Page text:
SAVED IN THE EDIFICE OF THE POEM: MAN AND HISTORY IN STANISLAW BARANCZAK'S 'ATLANTYDA' (ATLANTIS)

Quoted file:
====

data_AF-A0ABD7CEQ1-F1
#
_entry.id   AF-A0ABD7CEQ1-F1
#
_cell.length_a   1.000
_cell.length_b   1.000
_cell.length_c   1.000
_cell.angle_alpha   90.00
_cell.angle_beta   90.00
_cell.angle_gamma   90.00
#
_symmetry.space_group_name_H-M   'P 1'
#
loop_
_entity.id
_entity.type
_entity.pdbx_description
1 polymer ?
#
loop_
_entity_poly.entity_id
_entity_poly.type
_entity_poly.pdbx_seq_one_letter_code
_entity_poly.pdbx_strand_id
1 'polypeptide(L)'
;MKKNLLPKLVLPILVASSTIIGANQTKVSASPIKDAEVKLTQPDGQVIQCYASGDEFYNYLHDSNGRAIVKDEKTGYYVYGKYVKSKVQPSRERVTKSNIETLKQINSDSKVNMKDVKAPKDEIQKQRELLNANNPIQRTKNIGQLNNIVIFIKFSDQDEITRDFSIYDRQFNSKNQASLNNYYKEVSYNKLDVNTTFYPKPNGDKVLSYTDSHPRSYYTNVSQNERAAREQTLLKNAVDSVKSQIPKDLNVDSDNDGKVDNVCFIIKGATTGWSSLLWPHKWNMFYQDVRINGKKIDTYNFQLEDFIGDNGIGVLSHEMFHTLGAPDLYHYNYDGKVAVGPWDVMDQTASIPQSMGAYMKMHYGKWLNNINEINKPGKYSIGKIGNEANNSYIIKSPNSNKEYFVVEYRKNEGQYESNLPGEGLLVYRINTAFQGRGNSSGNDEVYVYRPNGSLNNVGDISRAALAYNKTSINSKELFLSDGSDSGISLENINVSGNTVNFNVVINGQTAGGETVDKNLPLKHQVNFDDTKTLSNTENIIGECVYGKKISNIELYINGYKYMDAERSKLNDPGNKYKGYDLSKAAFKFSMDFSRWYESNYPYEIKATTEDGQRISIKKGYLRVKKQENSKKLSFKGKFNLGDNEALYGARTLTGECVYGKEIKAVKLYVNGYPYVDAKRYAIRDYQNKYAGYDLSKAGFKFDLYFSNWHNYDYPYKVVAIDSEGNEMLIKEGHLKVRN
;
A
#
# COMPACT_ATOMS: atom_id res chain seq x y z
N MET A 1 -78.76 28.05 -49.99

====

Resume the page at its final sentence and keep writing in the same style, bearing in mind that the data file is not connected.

Stanislaw Baranczak's poems of the years 1981-1985 are a record of the experience of the poet, who after December 13, 1981 became an 'involuntary emigrant' in the USA, and it is from this perspective that he observes the changes of the history in the country under the martial law. The article refers to three important poems of the 'Atlantyda' (Atlantis) collection and to the three kinds of relations between the History and Man: parallelism between the break-up of the childhood utopia and the ideological utopia ('Historia' <History>), confrontation with the History that destroys a man ('Grazynie' <To Grazyna>) and mediation between an individual and a common celebration that enslaves it ('Msza za Polske w St. Paul's Church, grudzien 1984' <A Mass for Poland in St. Paul's Church, December 1984>). The degree of the sense of the History's oppression varies in the poems, but all of them are linked by unwillingness to read this sense in the romantic codes as collective and cyclic stories. This point is also reflected in the change of Baranczak's poetics favoring an individual point of view and an intensive recording of the world, and encouraging to a symbolic and multi-layer reading.
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